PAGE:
• Consider options other than drugs when you face health challenges: consult a qualified and experienced natural health practitioner, or seek guidance in a health store, many of which now give you access to practitioners.
  • Consume healthy foods, in the right balance, following the ANH Food4Health plate guidelines. Buy food wisely, prepare it with care, and choose carefully when you eat out.
  • Don't forget to be active regularly and make it a priority to find enough time to indulge in good quality sleep.

  1. Act locally

  • Too few of us are active in our local communities. The parents who’ve campaigned to remove wifi systems or pushed to have healthier lunches in their children’s schools have made a difference in their communities. Engaging in such a way that our actions make a measurable difference, rather than feeling disempowered, is what our communities need.Information sharing is key – and this can be done verbally, by organising talks or seminars – and by sharing information, including the vast number of articles on ANH’s international, European and US websites. We’ve tried to make it as easy as we can for you to share the stories on our websites.
  • Local extends to national – and it’s essential in a so-called democracy to make the best possible use of what’s left of the democratic system in which we elect political representatives to act as executors of the popular will. Meet with your elected representatives if you can, and write to them, letting them know your concerns and interests. We will soon have tools available on our website to allow you to write personalised letters to your elected represents in the EU.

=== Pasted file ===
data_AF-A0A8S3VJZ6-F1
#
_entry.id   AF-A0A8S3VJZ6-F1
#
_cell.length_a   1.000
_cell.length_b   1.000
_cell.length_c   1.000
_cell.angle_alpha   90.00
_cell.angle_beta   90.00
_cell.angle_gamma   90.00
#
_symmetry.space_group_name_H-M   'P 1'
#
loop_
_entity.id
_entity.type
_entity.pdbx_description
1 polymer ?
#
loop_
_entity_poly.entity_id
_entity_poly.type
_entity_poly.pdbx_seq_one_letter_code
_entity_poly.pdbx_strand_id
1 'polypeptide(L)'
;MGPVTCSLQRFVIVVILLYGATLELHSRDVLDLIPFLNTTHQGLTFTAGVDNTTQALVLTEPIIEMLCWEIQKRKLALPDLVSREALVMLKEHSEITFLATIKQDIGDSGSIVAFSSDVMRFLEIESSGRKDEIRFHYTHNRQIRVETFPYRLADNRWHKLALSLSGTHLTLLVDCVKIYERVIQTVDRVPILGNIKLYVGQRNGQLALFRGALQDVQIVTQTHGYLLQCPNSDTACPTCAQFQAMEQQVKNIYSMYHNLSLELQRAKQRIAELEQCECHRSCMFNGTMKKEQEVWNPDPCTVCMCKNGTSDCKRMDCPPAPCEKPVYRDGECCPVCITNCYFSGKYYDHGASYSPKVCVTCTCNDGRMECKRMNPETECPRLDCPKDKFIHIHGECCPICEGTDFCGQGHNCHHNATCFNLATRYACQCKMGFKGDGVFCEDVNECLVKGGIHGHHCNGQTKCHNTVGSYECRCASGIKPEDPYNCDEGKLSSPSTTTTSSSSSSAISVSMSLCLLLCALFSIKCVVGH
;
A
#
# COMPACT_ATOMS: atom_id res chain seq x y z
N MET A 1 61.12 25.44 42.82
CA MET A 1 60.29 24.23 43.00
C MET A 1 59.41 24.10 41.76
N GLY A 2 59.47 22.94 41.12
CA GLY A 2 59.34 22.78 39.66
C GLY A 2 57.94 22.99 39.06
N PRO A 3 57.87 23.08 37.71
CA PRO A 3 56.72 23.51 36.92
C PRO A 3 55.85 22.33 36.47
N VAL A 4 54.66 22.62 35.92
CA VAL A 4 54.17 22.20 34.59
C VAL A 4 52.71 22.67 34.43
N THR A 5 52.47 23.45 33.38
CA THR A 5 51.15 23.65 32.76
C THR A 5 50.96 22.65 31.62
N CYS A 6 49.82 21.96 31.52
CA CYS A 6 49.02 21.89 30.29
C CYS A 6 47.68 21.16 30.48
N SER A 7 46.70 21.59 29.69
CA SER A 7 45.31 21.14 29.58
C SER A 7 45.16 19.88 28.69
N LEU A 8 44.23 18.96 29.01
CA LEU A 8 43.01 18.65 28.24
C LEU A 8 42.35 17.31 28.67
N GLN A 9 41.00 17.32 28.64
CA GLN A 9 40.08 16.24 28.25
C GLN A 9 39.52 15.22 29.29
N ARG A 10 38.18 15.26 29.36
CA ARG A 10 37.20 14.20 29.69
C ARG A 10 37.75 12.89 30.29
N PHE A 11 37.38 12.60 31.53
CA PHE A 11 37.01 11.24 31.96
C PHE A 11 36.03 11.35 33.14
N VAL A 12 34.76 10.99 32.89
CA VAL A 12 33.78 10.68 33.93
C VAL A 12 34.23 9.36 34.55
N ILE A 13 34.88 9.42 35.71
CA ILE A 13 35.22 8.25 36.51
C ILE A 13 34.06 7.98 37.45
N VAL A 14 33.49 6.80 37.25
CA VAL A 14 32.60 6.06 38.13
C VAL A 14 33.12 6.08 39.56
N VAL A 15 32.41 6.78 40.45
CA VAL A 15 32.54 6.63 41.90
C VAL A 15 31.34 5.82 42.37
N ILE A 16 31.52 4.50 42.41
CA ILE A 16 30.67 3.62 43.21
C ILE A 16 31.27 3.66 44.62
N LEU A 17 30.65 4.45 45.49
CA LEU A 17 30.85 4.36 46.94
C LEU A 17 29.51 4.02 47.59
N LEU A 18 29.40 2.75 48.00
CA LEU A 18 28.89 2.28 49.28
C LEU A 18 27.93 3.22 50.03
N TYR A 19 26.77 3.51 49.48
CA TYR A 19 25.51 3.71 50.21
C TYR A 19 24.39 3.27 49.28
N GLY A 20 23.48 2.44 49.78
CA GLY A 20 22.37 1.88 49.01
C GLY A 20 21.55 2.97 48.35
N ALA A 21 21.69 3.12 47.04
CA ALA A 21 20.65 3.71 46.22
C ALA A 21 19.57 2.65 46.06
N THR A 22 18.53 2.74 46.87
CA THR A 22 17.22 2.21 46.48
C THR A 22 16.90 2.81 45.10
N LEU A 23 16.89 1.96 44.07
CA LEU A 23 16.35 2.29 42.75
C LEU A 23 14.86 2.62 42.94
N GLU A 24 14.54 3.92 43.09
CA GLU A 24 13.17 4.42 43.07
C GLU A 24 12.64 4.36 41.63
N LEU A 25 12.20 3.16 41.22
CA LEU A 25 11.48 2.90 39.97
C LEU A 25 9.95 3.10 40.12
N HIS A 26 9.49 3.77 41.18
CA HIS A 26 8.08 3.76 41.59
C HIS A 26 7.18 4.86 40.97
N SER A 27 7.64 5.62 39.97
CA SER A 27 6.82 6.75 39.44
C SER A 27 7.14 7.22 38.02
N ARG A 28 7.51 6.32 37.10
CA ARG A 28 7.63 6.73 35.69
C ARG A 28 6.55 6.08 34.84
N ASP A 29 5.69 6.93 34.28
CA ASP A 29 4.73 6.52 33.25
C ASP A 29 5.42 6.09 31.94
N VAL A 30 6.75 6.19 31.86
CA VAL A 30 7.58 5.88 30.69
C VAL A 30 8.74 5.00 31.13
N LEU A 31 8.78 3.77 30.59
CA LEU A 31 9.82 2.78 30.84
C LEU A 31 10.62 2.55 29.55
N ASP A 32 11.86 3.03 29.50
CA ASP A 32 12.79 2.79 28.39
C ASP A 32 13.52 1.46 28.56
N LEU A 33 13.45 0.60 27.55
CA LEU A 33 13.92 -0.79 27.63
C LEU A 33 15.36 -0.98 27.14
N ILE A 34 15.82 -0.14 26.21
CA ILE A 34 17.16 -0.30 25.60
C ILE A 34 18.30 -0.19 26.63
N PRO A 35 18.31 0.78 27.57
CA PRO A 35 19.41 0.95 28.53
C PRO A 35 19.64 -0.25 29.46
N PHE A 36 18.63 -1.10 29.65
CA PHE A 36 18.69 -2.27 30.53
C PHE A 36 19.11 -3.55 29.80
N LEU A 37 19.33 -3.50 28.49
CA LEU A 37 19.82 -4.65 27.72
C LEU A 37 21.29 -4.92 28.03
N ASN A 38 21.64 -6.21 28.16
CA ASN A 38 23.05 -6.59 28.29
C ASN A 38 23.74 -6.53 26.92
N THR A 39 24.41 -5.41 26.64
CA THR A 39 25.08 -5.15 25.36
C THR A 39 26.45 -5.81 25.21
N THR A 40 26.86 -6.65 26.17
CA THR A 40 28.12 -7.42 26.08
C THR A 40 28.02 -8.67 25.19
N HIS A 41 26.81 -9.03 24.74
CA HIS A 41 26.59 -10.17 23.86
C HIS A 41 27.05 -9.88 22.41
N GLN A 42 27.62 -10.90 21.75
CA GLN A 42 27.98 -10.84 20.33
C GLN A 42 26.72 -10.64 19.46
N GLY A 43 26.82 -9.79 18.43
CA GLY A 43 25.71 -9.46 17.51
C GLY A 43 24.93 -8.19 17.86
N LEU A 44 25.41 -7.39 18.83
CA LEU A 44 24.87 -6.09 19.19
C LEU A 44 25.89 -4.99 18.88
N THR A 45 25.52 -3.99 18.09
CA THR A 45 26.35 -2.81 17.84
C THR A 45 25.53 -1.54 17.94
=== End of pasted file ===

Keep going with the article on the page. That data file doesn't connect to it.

1. Think, even if you can’t act, globally

  • This is a tough one. Many will have heard the catch cry of activism that has been so successful in the environmental movement: Think globally, act locally. But you have to see the big picture to understand better how the world ticks, and where the levers of change may reside. How can tipping points be achieved or created? How can changes in consumer demand affect Big Food’s offerings? What impact might reduced demand for genetically modified animal feed in Europe make on Brazilian, Argentinian, US or Canadian farming systems that have widely adopted biotech crops? What happens to the global food supply if more and more of us prioritise the sourcing of local or regional foods? Many of these types of questions are difficult to answer objectively and unequivocally, but by and large, when we make choices and decisions from a more holistic and global perspective, we make decisions that, ultimately, are better for us and better for our planet, the fruits of which we are inexorably dependent on.